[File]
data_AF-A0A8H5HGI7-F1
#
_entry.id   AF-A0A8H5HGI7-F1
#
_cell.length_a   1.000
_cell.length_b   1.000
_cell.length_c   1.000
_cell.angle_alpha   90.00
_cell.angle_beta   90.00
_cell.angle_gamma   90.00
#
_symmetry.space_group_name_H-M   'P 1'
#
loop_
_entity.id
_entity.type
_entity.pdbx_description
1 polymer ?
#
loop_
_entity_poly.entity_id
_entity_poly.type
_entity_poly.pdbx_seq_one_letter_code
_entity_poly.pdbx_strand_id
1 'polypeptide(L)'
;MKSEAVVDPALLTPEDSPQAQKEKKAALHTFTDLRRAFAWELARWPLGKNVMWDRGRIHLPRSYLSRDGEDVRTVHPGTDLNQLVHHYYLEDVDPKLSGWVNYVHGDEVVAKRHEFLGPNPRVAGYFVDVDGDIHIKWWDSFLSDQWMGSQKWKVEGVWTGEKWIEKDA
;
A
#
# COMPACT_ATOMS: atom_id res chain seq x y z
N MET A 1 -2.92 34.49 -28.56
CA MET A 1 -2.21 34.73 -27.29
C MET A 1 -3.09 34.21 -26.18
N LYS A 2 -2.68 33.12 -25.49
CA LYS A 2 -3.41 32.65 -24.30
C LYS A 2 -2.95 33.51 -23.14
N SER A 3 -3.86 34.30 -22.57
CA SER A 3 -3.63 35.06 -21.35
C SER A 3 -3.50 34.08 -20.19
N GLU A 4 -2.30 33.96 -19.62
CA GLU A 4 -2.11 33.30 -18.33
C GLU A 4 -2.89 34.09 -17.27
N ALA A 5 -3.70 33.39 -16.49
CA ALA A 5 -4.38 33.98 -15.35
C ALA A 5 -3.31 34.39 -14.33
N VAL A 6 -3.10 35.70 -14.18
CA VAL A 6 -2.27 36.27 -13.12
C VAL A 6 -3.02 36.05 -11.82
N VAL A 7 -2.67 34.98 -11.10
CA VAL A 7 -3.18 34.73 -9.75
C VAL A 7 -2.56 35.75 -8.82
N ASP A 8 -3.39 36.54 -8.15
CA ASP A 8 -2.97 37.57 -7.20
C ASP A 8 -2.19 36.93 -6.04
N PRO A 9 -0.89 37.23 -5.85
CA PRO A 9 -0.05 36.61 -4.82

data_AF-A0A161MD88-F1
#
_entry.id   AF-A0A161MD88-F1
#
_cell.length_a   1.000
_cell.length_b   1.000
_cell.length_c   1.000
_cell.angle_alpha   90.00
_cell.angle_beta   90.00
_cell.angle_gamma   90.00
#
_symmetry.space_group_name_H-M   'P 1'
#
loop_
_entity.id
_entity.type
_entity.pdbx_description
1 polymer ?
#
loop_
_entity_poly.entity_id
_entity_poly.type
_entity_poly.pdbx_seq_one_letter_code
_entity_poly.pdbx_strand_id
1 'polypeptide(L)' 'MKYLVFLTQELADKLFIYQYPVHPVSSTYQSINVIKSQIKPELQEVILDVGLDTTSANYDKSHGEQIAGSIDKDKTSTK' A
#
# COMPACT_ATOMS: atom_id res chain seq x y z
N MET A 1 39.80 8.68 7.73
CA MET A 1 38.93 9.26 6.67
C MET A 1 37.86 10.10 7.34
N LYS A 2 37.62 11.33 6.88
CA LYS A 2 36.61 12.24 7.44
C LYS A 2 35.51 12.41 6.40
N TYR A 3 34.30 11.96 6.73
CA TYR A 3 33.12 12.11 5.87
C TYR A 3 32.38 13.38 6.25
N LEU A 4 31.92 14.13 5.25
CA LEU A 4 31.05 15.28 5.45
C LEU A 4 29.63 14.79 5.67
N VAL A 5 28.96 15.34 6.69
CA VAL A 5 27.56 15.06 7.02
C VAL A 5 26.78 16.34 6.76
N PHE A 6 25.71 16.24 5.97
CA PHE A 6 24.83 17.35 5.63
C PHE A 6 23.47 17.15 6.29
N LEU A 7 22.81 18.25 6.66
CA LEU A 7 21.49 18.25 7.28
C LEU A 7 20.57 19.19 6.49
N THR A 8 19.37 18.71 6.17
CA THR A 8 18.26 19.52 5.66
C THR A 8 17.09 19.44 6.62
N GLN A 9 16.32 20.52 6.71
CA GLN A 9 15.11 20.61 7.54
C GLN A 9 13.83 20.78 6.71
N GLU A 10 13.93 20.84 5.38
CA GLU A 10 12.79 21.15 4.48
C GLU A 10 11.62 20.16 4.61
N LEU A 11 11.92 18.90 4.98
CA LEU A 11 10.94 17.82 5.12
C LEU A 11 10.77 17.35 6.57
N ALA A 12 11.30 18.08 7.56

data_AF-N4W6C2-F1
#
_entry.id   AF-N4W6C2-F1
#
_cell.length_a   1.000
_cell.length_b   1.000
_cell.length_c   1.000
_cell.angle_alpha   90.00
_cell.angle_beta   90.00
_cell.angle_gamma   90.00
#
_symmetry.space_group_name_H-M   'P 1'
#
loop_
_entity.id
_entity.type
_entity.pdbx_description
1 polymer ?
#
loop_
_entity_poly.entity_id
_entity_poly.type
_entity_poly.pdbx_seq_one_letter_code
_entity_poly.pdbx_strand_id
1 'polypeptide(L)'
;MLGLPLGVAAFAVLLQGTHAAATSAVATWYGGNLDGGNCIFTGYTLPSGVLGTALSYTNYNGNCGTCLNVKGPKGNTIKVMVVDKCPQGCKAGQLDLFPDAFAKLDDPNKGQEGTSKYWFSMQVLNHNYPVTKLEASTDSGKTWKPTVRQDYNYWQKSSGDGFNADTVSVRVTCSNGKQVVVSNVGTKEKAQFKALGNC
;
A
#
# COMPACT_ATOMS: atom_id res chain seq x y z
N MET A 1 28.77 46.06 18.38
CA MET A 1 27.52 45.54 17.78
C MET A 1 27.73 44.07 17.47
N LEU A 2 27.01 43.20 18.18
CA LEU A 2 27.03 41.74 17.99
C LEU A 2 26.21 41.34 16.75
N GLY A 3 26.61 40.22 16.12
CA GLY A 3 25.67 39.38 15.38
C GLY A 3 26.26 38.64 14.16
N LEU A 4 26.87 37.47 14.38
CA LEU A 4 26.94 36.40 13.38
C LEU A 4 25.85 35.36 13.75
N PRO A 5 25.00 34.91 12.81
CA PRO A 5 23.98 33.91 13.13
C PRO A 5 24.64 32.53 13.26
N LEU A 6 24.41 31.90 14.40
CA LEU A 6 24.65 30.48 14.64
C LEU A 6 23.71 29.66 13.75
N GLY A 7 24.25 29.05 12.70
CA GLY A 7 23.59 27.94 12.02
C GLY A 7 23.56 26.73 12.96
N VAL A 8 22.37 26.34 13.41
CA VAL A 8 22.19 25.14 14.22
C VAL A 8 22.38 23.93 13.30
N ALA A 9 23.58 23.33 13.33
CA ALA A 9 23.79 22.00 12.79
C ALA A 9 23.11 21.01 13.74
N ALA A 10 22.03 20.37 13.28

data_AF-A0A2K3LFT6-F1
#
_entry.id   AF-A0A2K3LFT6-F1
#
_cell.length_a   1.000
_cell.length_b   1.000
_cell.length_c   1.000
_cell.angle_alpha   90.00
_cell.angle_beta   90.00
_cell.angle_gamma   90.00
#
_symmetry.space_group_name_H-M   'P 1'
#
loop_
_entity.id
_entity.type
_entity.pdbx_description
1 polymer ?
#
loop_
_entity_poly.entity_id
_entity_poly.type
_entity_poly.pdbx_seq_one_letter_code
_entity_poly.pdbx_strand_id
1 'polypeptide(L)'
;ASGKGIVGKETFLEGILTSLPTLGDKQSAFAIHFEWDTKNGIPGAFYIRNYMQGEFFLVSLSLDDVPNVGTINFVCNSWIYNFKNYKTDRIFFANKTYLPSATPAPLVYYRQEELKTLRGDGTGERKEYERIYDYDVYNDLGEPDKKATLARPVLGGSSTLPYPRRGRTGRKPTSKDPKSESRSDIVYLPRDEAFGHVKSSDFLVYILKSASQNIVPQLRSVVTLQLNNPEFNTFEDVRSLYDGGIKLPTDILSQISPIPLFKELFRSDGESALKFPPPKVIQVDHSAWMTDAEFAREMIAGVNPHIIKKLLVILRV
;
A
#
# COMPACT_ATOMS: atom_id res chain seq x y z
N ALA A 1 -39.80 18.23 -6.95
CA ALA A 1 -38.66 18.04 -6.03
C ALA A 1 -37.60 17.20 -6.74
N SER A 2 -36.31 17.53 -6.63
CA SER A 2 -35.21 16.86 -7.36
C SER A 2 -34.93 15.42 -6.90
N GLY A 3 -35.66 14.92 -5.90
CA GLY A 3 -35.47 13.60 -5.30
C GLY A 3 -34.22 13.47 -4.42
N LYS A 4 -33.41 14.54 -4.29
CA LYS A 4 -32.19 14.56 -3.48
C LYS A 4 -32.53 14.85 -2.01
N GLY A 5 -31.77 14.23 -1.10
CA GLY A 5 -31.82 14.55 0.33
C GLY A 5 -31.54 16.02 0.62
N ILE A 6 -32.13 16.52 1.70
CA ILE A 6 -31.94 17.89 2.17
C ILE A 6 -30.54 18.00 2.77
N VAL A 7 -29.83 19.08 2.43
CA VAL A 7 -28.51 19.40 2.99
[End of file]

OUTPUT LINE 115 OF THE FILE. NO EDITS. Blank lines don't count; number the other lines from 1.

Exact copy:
CA LEU A 11 10.94 17.82 5.12